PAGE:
We have already indicated that there has to be prior applications under Section 154(1) and 154(3) while filing a petition under Section 156(3). Both the aspects should be clearly spelt out in the application and necessary documents to that effect shall be filed. The warrant for giving a direction that an the application under Section 156(3) be supported by an affidavit so that the person making the application should be conscious and also endeavour to see that no false affidavit is made. It is because once an affidavit is found to be false, he will be liable for prosecution in accordance with law. This will deter him to casually invoke the authority of the Magistrate under Section 156(3). That apart, we have already stated that the veracity of the same can also be verified by the learned Magistrate, regard being had to the nature of allegations of the case. We are compelled to say so as a number of cases pertaining to fiscal sphere, matrimonial dispute/family disputes, commercial offences, medical negligence cases, corruption cases and the cases where there is abnormal delay/laches in initiating criminal prosecution, as are illustrated in Lalita Kumari are being filed. That apart, the learned Magistrate would also be aware of the delay in lodging of the FIR.

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7. Therefore, it is clear from the above said decision that, the complainant has to state that he has exhausted the remedy U/s. 154(1) and 154(3) of Cr.P.C. and he has to clearly spell out in the application and in the affidavit and necessary document to that effect shall be filed. Thereafter the Court has to take a decision as to whether the application U/s. 156(3) of Cr.P.C. to be referred to the Police or not a decision has to be taken by the Court after applying its judicious mind. But this exercise has not been done by the trial Court, but very casually and mechanically referred the complaint to Police for investigation.

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8. Even on perusal of the affidavit filed in support of the complaint after remand (a copy is produced), nowhere it is stated that, the complainants have made any efforts go to the Police, whether the Police have not taken any action, whether for the inaction of the Police the complainant has approached the Superintendent of Police as per Sec. 154(3) of Cr.P.C. The affidavit is nothing but the reiteration of the entire complaint averments and nothing else. Therefore, the said affidavit is only in partial compliance of the decision of the apex Court.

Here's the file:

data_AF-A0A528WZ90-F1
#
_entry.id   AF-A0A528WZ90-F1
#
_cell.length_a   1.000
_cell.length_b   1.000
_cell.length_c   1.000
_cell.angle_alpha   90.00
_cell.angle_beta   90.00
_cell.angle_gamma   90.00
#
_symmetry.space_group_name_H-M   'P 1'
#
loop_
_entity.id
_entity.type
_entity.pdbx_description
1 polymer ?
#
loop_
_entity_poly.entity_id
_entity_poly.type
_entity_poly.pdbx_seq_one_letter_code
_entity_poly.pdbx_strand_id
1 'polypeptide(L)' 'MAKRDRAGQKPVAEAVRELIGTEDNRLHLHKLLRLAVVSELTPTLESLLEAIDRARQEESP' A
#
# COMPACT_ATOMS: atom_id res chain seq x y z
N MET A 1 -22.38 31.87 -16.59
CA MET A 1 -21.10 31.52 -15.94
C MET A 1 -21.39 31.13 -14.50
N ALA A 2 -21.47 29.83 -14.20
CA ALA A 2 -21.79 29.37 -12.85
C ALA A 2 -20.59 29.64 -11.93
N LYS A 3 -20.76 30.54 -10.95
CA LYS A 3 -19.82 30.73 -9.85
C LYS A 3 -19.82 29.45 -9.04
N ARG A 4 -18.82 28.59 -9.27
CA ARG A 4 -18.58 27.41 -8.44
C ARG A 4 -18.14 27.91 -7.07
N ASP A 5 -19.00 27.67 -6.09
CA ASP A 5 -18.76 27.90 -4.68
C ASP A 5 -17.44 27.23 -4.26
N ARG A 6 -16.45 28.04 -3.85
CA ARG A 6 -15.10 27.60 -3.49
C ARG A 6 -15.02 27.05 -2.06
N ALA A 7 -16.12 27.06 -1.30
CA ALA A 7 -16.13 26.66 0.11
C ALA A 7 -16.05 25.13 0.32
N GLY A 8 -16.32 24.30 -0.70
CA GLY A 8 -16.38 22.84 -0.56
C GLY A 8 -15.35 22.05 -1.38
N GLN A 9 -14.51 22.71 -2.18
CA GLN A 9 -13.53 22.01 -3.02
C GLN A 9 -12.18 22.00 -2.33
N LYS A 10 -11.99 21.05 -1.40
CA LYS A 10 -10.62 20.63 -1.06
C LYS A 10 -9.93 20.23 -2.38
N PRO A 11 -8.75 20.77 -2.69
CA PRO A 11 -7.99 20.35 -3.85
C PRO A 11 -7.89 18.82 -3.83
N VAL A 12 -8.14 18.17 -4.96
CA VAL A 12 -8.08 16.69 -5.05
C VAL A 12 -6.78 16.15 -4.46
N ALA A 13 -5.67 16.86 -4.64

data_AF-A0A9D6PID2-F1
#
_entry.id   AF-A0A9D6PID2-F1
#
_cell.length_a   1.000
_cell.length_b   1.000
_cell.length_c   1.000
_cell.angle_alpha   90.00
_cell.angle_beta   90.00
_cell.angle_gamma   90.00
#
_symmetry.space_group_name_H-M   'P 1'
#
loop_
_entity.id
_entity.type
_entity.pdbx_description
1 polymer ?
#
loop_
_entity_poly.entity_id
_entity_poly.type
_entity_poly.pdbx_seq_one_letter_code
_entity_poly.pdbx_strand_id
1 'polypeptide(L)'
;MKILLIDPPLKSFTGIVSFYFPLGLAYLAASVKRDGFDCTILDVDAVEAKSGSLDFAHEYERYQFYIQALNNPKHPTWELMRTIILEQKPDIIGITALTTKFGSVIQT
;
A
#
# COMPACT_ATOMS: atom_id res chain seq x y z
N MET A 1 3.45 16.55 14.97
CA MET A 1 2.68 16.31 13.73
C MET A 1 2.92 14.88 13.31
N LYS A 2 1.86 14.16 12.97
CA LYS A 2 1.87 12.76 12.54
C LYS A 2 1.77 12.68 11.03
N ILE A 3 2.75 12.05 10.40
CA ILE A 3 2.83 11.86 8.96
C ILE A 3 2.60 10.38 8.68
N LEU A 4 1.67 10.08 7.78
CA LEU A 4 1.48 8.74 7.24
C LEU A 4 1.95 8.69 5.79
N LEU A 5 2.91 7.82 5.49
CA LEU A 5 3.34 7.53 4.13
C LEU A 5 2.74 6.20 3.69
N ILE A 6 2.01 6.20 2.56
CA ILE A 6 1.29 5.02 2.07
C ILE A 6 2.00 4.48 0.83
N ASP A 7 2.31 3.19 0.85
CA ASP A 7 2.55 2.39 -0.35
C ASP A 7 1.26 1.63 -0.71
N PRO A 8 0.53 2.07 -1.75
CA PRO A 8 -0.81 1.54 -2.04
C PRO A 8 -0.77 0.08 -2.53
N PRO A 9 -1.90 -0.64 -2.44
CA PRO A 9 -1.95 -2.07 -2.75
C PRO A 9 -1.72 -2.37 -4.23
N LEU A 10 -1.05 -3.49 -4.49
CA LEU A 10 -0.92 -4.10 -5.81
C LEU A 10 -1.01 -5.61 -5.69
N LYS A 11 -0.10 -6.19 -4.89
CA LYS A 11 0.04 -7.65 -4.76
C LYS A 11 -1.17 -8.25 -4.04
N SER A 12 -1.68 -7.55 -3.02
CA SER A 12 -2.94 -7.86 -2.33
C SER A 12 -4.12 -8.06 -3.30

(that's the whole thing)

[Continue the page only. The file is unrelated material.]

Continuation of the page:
9. The filing of the affidavit according to the above said decision of the apex Court serves two purposes. One is, the person has already exhausted the remedy of approaching the Police as per the normal course by filing the first information, making allegation against the persons who have committed any offences under any penal law for the time being in force and as the said system or Police machinery have not taken any action, therefore, he was forced to come to the Court. Secondly, the affidavit also serves another purpose that, if for any reason the Police found after reference of the case, that case is false and the Court finds that a false affidavit has been filed before the Court, then the Court can take action against the complainant for perjury or for any offences for the time being in force. These are the major aspects which are considered by the apex Court in the said decision. This has lost sight of the learned magistrate in again referring the complaint to the Police for investigation in a blind folded attitude.

10. Learned counsel for the respondent has strenuously contends before the Court that, when once the matter has already been referred by misconception by the learned magistrate particularly on facts and also when the Police have already investigated the matter and submitted the charge sheet, though it is a irregular proceedings, it cannot be quashed. He relies upon a decision reported in MANU/SC/1086/2017 : AIR 2017 SC 5141 (R.A.H. Siguran V. Shankare Gowda alias Shankara and Anr.) wherein the apex Court has observed that, “quashing of Criminal proceedings due to invalidity of investigation is not warranted”, the order of High Court quashing the proceedings merely on the ground that investigation was not valid, is unjustified.